Recorded last August in Los Angeles at the UCB Theatre, Death of the Party starts out a little tentative (although the very first joke is classic). Kinane isn’t quite stream of consciousness, but it may take a bit to get into the cadence of his presentation (although the absurdity of his imagery is spectacular). I mean, who comes up with getting into a fistfight with the manager of a Red Lobster over whether the Moon landing was faked

Far from polished, the disheveled delivery is a good launching pad for his riffs, although some seem tighter than others. Never having seen him, I’m not certain whether that is due to older stories being fine tuned or him gauging the audience and making some changes on the spot. But what’s particularly impressive is that this album was recorded at a single performance, not cobbled together from a multi-night stand.

The bit about watching his friends’ kids was very strong (including a great line about why you need a more complex answer to a simple question), but then the routine about his physical appearance and his girlfriend seemed to wander a bit before getting to the one great line. But the Cholo bar bathroom story was airtight, and soon after that he hits a groove that continues through the rest of the set; the stories just more absurd and more off-the-chart funny. The bits about the Detroit Lions and Trader Joe’s had me doubled over (seeing the latter done live must be twice as funny).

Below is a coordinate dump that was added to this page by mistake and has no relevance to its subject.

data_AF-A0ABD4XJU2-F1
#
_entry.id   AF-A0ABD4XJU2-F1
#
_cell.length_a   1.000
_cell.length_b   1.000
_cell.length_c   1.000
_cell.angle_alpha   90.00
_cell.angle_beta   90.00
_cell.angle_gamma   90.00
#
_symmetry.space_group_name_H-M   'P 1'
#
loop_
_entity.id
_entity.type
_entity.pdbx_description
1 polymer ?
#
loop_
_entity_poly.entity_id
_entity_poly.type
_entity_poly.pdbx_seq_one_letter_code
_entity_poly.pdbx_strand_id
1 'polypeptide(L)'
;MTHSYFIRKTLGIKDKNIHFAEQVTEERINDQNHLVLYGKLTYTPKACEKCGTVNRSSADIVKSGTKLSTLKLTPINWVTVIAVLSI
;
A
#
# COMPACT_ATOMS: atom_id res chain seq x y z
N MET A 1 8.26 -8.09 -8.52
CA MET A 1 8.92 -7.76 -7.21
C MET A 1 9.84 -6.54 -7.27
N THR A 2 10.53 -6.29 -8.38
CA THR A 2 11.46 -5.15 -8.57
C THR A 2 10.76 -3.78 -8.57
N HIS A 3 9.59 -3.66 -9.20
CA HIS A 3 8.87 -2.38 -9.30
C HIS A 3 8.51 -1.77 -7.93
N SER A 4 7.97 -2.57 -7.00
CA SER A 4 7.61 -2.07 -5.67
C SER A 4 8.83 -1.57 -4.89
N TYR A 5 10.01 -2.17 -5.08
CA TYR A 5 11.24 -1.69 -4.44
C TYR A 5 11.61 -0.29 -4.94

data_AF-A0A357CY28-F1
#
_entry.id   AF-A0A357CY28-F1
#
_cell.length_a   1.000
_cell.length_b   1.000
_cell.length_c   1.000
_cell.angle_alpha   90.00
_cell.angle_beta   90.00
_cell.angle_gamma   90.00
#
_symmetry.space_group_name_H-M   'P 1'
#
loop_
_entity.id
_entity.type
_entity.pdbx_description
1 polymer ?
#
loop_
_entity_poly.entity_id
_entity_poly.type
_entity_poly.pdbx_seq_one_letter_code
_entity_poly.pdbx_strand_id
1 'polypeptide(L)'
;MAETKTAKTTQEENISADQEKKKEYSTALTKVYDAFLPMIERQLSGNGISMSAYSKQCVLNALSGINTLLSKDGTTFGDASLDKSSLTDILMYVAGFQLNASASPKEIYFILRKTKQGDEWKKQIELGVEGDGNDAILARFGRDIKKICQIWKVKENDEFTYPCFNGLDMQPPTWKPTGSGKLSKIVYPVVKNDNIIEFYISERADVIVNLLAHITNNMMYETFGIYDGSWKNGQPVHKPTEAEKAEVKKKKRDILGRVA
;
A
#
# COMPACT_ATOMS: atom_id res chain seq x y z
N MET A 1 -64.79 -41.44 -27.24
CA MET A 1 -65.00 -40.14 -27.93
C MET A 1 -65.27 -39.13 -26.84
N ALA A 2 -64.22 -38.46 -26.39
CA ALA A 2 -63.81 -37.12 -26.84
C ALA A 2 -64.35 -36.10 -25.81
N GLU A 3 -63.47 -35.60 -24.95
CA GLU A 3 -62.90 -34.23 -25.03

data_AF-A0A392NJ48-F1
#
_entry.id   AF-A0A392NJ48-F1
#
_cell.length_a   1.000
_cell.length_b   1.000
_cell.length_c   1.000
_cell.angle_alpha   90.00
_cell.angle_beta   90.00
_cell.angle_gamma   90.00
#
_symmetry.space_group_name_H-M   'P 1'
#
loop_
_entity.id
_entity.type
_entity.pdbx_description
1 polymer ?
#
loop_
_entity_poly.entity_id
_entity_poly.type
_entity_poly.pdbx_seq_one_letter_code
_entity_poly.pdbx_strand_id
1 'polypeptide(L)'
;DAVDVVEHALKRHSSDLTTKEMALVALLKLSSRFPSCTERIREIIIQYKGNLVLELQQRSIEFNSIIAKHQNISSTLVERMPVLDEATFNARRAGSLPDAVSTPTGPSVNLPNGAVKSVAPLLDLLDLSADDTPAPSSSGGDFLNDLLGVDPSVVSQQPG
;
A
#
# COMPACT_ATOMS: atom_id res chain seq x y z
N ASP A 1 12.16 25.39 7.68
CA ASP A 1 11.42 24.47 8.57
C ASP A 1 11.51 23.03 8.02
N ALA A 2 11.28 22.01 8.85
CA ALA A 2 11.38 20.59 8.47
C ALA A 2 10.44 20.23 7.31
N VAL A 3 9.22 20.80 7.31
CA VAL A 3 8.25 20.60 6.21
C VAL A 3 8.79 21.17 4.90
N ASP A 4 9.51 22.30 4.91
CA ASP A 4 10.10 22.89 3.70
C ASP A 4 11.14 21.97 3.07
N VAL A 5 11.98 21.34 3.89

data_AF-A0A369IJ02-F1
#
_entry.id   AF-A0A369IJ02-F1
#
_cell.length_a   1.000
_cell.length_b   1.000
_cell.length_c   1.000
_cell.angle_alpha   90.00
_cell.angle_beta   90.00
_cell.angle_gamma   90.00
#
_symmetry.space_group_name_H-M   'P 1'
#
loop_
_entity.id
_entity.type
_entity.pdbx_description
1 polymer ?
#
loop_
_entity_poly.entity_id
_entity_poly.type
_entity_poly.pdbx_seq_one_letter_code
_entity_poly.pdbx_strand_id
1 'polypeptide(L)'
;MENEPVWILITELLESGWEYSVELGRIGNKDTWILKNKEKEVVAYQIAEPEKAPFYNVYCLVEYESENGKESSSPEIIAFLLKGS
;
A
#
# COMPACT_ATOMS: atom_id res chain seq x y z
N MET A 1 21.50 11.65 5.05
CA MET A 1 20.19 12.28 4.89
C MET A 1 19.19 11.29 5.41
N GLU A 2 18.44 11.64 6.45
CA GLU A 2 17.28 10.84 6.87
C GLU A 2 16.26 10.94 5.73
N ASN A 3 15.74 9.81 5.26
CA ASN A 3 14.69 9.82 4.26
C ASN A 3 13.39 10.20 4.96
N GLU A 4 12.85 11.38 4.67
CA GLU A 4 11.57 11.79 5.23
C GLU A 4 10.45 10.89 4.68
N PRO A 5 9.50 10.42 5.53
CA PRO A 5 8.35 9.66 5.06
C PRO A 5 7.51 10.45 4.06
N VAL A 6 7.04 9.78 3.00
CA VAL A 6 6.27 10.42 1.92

Bunny sex. Forklift mishaps. Gourmet cake decorations. Pretentious intellectual thoughts not making the journey from brain to mouth. Job pornography. Sibling Failure. Volcano barbeques and inspirational insomnia.  

In another bit of subversive hilarity, the track titles listed on the back of the CD are the nine songs on Dream Police, the third album by Cheap Trick. Not quite the loopy fake titles that David Cross and Steve Hofstetter have thrown out there, but totally in keeping with the aura of lowered expectations, as if even naming the bits would be a concession towards a productive, organized existence he can’t fathom maintaining (although there is a bonus track). 

Please trust me on this one – if you think it starts out a little slowly, stay with it.  Death of the Party is a no-brainer Best of 2010 contender. 

Also available for children's parties.

Preview some sample clips here

Buy Death of the Party from AST –  click here

Kyle’s MySpace page

Kyle video: how to start the day